Presentation on theme: "Sustainable Forestry in New England linear problems, chicken cyclical solutions."— Presentation transcript:
Sustainable Forestry in New England linear problems, chicken cyclical solutions
Sustainable Forestry! Who are you? Where do you come from? Sustained Yield Forestry: - harvest volume = growth volume - operates on the edge of a cost-benefit analysis - focuses on production (of timber) sounds like neoclassical economics... Sustainable Forestry: - considers externalities and multiple values - looks to the future (long-term thinking) - uses low impact systems sounds like ecological economics...
“Low Impact” means what it says... techniques (e.g. directional felling) equipment (e.g. horses, forwarders, etc.) timing (depending on soils) no chemicals leave nutrients proper treatment of bumpers manage for more than timber (e.g. structural diversity) With respect to timber harvests: ensuring that non-timber values and future timber values are not compromised DEPENDS ON THE LOGGER’S SKILL AND INCLINATION
OK, sustainable forestry sounds nice. Why isn’t everyone doing it? What can be done to change that? that’s my paper in a nutshell...
Who is everyone? 71% of U.S. forest land is privately owned the vast majority of these owners are non-industrial although wood and fiber production has traditionally been focused on industrial land, this is changing: increasing demand for wood (linked to consumption) increasing reluctance of industry to own land decreasing viable woodlands (development) decreasing harvest on public land so my focus is on private non-industrial woodland owners in New England Remember: sustainability is a global issue as well. Sustainable harvests in New England can reduce unsustainable harvests elsewhere in the world.
Problems facing sustainable forestry in New England land parcelization: people cannot afford to maintain a “working forest” taxes: property, income, estate. Misvaluation of forest’s worth! forests essentially subsidize development money doesn’t grow on trees (timber is a low return investment) stumpage rarely beats inflation long time period (alternative returns are higher, and investors are not likely to enjoy the returns) low liquidity of timber low collaterability of land constant changes in capital gains treatment
Parcelization of land leads to fragmentation of purpose! smaller tracts are less economical to manage more costs for the logger (equipment transport etc.) acres is considered minimum size year 2000: 9.9 million nonindustrial private landowners, 94% own less than 100 acres, average = 24 acres! And it’s getting smaller (expected average in 2010 = 17 acres) new owners are often philosophically opposed to harvesting harder to manage large-scale needs smaller tracts produce less income and less steady income Parcelization threatens local and global sustainable forestry: local jobs are lost and timber needs are met elsewhere (over-harvested international supplies)
Jobs you say? Remember, sustainable forestry depends on the chicken logger. While there are some economic incentives to help landowners practice sustainable forestry (e.g. current- use, cost-sharing, increasing stand value, etc.), there is no incentive for the logger! The logger only stays in this marginal business by being competitive: leads to high grading, using the most economically efficient machinery, polluting with leaky equipment, ignoring effects on residuals... 10minutes The most “efficient machinery” is non labor intensive (less jobs). However, it is expensive (“servicing of debt” causing further short-term practices).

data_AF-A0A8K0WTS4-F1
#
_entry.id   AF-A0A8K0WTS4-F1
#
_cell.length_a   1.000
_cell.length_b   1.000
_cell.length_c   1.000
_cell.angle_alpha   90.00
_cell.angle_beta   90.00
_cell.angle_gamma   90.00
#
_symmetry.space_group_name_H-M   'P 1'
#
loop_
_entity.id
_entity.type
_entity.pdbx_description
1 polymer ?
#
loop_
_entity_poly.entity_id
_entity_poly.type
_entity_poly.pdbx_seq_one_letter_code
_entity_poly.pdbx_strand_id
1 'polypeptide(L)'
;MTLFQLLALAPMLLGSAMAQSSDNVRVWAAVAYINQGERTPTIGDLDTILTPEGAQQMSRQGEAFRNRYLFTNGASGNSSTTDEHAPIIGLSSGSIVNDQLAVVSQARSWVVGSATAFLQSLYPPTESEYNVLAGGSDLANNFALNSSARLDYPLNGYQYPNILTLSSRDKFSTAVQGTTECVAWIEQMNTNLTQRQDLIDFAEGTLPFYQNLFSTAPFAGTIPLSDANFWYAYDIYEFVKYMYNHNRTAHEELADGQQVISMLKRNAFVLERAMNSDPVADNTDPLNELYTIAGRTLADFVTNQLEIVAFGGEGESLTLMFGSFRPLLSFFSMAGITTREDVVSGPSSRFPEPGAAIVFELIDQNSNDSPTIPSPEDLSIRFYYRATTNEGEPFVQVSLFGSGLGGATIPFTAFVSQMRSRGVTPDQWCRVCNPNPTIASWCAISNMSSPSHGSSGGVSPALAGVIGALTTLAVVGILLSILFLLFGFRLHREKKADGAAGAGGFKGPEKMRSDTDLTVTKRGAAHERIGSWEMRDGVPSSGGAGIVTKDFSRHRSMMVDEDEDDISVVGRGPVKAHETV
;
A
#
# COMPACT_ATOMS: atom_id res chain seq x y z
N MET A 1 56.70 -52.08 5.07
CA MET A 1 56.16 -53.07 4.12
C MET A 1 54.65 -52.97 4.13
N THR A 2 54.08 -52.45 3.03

There are many potential “top down” solutions... tax reforms, environmental regulations, certifications, selective sales taxes, importation tariffs, subsidies, cost-sharing, land/development right buyouts... However, the increasing awareness of sustainable forestry issues presents the opportunity for “bottom up” solutions that could be longer lasting... As local timber harvesting must remain part of the strategy to maintain forest land and prevent global unsustainable resource use, lets start with creating alternatives to today’s problematic harvesting systems...
HORSE LOGGING: low impact at its best * less soil damage * narrower skid trails * less damage to residual trees * economically feasible on small lots * more appealing to new landowners * quiet * not fossil fuel dependent * low start-up cost * not “servicing debt” * labor intensive (= more jobs: 4 horse loggers can make a living off of the same amount of timber as 1 average conventional logger) * horse logger’s earning mostly stay in the community * non-polluting * less logger injury/ lower workman’s comp. rates * cost of maintaining a horse for one year is less than one new skidder tire
How to make it all happen: creating a market with landowner cooperatives Co-ops could perform many functions: * economies of scale for landowners -equipment sharing -access to foresters -coordinated large-scale mngmt. -marketing and trucking logs -draftwood premium * information networking -increasing stewardship ethic -increasing consumption awareness * value added possibilities -sawmill -wood shop * lobbying power for “top down” changes * create a market for horse loggers and other sustainable operators; impliment alternative forms of logger payment (providing sustainability incentives)
treat the illness, not the symptoms... Making sustainable forestry happen requires a paradigm shift from a linear and progressive conception of time to a cyclical understanding of our consumption and production, our future and our past. By thinking in “forest time” we can find that moving backward to old ways can lead us forward to a healthier future. To see a world in a grain of sand And a heaven in a wild flower, Hold infinity in the palm of your hand And eternity in an hour. -William Blake can’tcha get the hoss to do it?